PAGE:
What you don't know can cost you a lot of money
Many portfolios are not constructed or managed to minimize unnecessary taxes, to minimize wasted expenses that do not increase returns or reduce risk, or to have an asset allocation that maximizes expected return for a given level of expected risk.
The chart above shows an example sub-optimal portfolio (light green line, with a starting amount of $10,000) that is expected to yield 6% per year after taxes and investment expenses (such as sales commissions, mutual fund operating expenses, etc.). The chart also shows what happens if the tax efficiency, expense efficiency, and asset allocation optimization are each improved to add 0.5% to the annual return rate. If such improvements are made, the expected value of the portfolio will be 7% larger after 5 years, 13% larger after 10 years, 25% after 20 years, 34% after 30 years, and 43% larger after 40 years!
Listed below are examples of investment knowledge that may be used to create these greater portfolio efficiencies.
Saving & Investing for Private Elementary & Secondary Schools
- There are now ways for parents to obtain tax-free investment returns to be used for private school expenses for their children.
- There are now ways for grandparents to obtain tax-free investment returns to be used for private school expenses for their grandchildren.
Saving & Investing for College
- Parents can obtain tax-free investment returns to be used for college expenses. These investments can even be made while the child is in college.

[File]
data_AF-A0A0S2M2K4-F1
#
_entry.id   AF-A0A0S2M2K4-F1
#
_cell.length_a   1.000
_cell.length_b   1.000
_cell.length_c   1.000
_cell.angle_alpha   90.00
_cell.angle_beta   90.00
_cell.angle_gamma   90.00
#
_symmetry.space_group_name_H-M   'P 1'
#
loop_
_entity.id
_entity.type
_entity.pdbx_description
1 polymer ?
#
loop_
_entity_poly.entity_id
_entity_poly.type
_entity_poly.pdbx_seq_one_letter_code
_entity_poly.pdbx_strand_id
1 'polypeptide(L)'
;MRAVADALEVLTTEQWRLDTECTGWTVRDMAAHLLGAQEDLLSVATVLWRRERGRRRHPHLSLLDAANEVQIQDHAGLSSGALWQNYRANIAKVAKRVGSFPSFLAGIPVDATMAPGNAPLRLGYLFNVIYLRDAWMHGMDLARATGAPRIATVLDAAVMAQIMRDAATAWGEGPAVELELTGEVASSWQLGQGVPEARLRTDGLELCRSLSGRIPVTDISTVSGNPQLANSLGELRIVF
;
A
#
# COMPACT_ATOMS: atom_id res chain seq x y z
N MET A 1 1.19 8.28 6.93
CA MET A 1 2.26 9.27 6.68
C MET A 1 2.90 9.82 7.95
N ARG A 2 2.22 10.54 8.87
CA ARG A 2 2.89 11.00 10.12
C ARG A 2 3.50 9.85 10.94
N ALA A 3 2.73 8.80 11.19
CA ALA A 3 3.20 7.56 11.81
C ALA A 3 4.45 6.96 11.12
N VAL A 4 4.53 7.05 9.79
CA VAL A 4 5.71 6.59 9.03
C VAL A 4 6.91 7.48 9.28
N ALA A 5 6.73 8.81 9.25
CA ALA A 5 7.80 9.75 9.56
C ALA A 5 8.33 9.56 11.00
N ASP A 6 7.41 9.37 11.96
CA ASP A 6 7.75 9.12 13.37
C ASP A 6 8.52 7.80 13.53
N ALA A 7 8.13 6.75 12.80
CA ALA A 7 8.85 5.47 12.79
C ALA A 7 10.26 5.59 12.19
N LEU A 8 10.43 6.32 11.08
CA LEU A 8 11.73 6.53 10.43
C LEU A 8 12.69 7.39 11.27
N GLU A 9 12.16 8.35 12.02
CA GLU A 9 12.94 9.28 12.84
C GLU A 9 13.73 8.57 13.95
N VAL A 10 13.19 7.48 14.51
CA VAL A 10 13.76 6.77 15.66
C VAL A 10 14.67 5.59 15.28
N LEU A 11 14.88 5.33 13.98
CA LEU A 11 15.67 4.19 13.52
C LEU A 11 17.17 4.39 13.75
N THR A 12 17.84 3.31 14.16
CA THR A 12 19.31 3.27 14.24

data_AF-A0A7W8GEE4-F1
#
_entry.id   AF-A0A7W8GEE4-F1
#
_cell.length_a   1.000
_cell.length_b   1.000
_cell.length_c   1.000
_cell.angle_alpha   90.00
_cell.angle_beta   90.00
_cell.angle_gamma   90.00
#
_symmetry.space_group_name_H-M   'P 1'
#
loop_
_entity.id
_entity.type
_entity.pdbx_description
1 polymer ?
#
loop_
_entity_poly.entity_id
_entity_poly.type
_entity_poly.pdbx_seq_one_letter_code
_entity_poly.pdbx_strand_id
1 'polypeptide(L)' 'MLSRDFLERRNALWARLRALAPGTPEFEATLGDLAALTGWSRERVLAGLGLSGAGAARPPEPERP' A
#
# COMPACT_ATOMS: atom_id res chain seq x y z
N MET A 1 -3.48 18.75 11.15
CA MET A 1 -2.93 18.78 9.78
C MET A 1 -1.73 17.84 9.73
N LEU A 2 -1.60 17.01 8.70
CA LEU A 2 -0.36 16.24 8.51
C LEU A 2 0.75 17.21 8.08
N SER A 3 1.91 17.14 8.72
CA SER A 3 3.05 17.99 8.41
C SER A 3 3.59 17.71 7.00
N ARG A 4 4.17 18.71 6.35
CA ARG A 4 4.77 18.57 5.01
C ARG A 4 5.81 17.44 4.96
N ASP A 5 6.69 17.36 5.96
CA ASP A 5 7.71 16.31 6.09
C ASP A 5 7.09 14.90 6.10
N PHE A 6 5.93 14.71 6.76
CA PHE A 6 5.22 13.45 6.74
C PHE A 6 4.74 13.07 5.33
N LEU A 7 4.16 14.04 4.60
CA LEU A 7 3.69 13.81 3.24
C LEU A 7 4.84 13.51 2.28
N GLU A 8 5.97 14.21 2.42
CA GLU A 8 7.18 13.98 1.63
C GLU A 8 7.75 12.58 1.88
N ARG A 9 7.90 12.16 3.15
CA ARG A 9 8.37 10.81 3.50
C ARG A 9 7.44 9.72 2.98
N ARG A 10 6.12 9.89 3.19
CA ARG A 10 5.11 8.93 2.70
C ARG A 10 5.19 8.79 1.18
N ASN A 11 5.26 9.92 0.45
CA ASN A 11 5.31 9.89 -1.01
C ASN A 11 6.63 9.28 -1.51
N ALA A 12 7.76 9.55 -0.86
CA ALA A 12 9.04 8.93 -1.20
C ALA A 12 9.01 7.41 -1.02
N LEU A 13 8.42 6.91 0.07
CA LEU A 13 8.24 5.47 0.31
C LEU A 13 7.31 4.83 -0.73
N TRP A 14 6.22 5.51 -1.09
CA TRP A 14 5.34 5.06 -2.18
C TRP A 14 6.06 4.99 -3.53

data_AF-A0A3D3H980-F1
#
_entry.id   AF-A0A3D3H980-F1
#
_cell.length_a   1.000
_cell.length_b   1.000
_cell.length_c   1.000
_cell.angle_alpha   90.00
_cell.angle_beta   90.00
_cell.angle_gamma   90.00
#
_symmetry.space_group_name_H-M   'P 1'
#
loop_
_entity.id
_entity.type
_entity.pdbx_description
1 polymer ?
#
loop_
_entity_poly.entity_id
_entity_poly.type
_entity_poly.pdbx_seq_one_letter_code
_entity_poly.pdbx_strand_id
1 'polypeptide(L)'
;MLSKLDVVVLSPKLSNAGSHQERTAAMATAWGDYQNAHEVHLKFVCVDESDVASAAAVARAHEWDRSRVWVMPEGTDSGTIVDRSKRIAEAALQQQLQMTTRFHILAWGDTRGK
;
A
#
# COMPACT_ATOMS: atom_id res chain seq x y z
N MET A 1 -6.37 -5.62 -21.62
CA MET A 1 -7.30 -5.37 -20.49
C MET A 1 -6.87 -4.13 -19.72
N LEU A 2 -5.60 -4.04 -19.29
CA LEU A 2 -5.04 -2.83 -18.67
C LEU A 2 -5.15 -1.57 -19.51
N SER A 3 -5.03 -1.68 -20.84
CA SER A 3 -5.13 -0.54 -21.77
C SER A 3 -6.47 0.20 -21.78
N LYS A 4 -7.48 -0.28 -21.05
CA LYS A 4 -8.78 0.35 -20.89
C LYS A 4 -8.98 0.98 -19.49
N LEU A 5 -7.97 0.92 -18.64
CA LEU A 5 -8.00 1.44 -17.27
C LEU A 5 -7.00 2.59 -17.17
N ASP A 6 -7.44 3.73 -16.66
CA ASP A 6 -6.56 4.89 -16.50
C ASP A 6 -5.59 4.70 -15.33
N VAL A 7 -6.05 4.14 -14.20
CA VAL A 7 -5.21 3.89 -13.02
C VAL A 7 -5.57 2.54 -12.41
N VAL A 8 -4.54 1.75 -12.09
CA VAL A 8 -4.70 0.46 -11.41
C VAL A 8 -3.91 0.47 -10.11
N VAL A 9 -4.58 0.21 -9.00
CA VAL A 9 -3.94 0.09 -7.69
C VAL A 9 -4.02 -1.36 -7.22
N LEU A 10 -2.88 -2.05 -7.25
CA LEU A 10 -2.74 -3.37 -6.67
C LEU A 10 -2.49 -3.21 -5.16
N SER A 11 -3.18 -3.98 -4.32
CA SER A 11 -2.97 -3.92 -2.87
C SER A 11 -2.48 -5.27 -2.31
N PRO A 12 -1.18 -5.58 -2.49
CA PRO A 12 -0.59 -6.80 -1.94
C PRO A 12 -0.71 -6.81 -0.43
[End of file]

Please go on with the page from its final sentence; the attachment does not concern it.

- Grandparents can obtain tax-free investment returns to be used for college expenses for their grandchildren. By doing so, they can also reduce the portion of their estate that may be subject to estate taxes.
Saving & Investing for Retirement
Investments for Charitable Giving
- The size of your retirement assets will be very dependent on how early you start to save.
- Your after-tax returns are very dependent on the allocation of your savings between tax-free, tax-deferred accounts, and taxable accounts.
- Due to the nature of the tax code, the long-term after-tax return on taxable accounts can sometimes be greater than that of tax-deferred accounts.
- Risks such as inflation, unexpected health care costs, etc. must be considered along with investment risk to determine the optimal asset mix of retirement assets.
- Increased investment flexibility and higher returns can often be obtained by rolling over a 401(k) or 403(b) plan into a Traditional IRA.
- Under certain circumstances, you may increase your long-term after-tax return by converting Traditional IRAs into Roth IRAs.
- Before retirement, the sequence that you contribute money into your different types of retirement accounts will significantly affect your long-term after-tax returns.
- After retirement, the sequence by which you withdraw money from your different types of retirement accounts will significantly affect your long-term after-tax returns.
- There are now investment vehicles to invest funds for charitable donations and pull forward charitable gifts made in future years as deductions in the current tax year.
Investments and Income Taxation
- You can offset up to $3000/year of ordinary income with capital losses.